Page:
The Pioneer Venus Orbiter known as Pioneer Venus 1 or Pioneer 12, was a mission to Venus conducted by the United States as part of the Pioneer Venus project. Launched in May 1978 atop an Atlas-Centaur rocket, the spacecraft was inserted into an elliptical orbit around Venus on December 4, 1978, it returned data on Venus until October 1992. The Pioneer Venus Orbiter was launched by an Atlas SLV-3D Centaur-D1AR rocket, which flew from Launch Complex 36A at the Cape Canaveral Air Force Station; the launch occurred at 13:13:00 on May 20, 1978, deployed the Orbiter into heliocentric orbit for its coast to Venus. Venus orbit insertion occurred on December 4, 1978. Manufactured by Hughes Aircraft Company, the Pioneer Venus Orbiter was based on the HS-507 bus; the spacecraft was 2.5 meters in diameter and 1.2 meters long. All instruments and spacecraft subsystems were mounted on the forward end of the cylinder, except the magnetometer, at the end of a 4.7 meters boom. A solar array extended around the circumference of the cylinder.
A 1.09 metres despun dish antenna provided X band communication with Earth. A Star-24 solid rocket motor was integrated into the spacecraft to provide the thrust to enter orbit around Venus. From Venus orbit insertion to July 1980, periapsis was held between 142 and 253 kilometres to facilitate radar and ionospheric measurements; the spacecraft was in a 24-hour orbit with an apoapsis of 66,900 kilometers. Thereafter, the periapsis was allowed to rise to a maximum of 2,290 kilometres and fall, to conserve fuel. In 1991, the Radar Mapper was reactivated to investigate inaccessible southern portions of the planet, in conjunction with the arrived Magellan spacecraft. In May 1992, Pioneer Venus began the final phase of its mission, in which the periapsis was held between 150 and 250 kilometres, until the spacecraft's propellant was exhausted, after which the orbit decayed naturally; the spacecraft continued to return data until 8 October 1992, with the last signals being received at 19:22 UTC. The Pioneer Venus Orbiter disintegrated upon entering the atmosphere of Venus on October 22, 1992.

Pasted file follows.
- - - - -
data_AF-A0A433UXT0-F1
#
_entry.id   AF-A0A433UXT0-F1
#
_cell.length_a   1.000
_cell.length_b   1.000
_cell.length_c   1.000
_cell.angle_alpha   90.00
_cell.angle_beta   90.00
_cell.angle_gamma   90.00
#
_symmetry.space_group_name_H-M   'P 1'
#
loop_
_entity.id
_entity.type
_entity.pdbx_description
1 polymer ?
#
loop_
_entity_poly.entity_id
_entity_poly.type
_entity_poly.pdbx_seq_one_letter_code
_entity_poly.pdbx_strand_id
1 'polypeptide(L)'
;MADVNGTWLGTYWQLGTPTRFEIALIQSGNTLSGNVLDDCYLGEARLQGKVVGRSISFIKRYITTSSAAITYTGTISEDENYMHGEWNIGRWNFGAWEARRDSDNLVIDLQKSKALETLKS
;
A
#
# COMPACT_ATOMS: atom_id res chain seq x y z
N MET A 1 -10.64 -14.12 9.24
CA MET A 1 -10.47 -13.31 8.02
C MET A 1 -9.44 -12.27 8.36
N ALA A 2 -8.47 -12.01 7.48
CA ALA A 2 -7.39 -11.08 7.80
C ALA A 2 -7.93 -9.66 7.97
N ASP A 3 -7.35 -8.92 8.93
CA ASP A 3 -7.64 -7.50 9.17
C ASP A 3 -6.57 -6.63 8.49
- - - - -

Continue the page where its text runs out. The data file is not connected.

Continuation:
The Pioneer Venus Orbiter carried 17 experiments with a total mass of 45 kilograms: a cloud photo-polarimeter to measure the vertical distribution of the clouds, similar to Pioneer 10 and Pioneer 11 imaging photo-polarimeter a surface radar mapper to determine topography and surface characteristics. Observations could only be conducted. A 20 watt S-band signal was sent to the surface that reflected it, with the probe analyzing the echo. Resolution at periapsis was 23 x 7 km. an infrared radiometer to measure IR emissions from Venus' atmosphere an airglow ultraviolet spectrometer to measure scattered and emitted UV light a neutral mass spectrometer to determine the composition of the upper atmosphere a solar wind plasma analyzer to measure properties of the solar wind a magnetometer to characterize the magnetic field at Venus an electric field detector to study the solar wind and its interactions an electron temperature to study the thermal properties of the ionosphere an ion mass spectrometer to characterize the ionospheric ion population a charged particle retarding potential analyzer to study ionospheric particles two radio science experiments to determine the gravity field of Venus a radio occultation experiment to characterize the atmosphere an atmospheric drag experiment to study the upper atmosphere a radio science atmospheric and solar wind turbulence experiment a gamma ray burst detector to record gamma ray burst events The spacecraft conducted radar altimetry observations allowing the first global topographic map of the Venusian surface to be constructed.